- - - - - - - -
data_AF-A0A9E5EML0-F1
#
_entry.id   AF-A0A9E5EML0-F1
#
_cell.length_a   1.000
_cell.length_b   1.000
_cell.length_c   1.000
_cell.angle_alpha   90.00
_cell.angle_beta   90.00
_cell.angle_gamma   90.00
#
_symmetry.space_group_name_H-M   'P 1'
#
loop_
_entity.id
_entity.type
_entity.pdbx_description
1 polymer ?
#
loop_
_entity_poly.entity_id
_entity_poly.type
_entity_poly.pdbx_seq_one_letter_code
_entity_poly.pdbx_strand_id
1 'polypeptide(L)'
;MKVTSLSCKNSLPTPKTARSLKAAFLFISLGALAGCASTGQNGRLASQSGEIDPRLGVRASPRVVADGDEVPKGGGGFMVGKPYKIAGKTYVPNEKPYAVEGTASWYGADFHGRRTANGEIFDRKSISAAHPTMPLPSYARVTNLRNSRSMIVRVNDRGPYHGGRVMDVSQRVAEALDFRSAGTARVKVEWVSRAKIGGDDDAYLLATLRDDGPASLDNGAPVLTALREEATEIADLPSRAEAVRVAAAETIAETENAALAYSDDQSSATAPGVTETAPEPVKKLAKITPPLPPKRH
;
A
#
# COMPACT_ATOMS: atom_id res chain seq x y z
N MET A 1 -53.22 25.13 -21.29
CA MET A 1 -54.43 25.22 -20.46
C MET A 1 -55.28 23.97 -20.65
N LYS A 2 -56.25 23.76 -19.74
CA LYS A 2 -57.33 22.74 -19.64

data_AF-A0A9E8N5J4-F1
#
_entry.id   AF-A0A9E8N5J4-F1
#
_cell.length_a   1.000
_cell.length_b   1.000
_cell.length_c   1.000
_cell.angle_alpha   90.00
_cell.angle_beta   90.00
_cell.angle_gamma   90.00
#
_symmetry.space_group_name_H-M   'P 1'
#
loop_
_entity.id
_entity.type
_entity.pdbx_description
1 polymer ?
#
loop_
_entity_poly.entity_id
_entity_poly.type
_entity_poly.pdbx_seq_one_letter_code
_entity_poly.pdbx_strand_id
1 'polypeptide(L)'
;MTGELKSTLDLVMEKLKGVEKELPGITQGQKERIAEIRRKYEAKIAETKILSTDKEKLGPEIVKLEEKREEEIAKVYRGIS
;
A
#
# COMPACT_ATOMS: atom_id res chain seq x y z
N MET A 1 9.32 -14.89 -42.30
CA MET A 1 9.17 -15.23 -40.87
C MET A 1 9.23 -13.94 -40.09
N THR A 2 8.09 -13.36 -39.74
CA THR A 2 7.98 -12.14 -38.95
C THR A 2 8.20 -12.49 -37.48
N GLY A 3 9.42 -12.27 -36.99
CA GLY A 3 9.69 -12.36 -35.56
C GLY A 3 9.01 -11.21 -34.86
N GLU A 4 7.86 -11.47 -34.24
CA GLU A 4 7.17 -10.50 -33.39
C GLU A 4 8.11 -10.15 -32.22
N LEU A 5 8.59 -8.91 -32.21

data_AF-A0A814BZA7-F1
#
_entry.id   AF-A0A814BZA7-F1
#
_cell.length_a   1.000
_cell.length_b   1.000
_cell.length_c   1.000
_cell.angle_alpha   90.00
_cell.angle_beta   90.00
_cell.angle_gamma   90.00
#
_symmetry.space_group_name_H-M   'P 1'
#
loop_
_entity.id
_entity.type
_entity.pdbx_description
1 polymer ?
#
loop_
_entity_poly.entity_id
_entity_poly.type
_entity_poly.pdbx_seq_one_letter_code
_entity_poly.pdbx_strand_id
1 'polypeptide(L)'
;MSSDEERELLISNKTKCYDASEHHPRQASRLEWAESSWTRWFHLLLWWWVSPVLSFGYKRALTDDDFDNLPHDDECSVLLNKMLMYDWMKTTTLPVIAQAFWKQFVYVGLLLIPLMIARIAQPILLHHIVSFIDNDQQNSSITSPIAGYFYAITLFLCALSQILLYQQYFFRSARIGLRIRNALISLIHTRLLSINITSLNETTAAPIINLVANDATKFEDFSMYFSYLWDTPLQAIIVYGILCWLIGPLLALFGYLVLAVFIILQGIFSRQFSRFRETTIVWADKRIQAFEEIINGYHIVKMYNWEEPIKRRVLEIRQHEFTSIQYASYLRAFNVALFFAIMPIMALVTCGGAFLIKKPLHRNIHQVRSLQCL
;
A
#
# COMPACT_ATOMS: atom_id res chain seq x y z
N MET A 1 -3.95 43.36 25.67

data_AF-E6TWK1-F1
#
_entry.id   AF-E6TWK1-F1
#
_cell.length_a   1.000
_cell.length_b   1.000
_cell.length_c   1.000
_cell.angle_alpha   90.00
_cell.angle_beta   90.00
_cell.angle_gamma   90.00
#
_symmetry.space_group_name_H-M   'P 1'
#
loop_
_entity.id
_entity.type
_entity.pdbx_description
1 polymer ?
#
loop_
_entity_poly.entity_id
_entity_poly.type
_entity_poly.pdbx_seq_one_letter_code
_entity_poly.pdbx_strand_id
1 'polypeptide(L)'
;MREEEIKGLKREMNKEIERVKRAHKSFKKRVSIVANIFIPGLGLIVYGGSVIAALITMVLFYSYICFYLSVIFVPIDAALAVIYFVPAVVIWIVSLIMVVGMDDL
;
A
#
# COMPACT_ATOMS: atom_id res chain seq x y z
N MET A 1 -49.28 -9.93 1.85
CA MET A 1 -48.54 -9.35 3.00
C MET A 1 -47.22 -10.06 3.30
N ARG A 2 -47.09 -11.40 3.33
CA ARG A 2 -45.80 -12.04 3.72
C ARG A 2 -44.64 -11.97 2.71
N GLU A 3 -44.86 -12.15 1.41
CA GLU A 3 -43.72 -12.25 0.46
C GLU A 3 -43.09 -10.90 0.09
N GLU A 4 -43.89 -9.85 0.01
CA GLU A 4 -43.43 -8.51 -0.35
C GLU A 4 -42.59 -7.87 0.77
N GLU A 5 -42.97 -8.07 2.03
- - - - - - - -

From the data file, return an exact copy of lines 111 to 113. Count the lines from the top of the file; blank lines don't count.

#
_entry.id   AF-E6TWK1-F1
#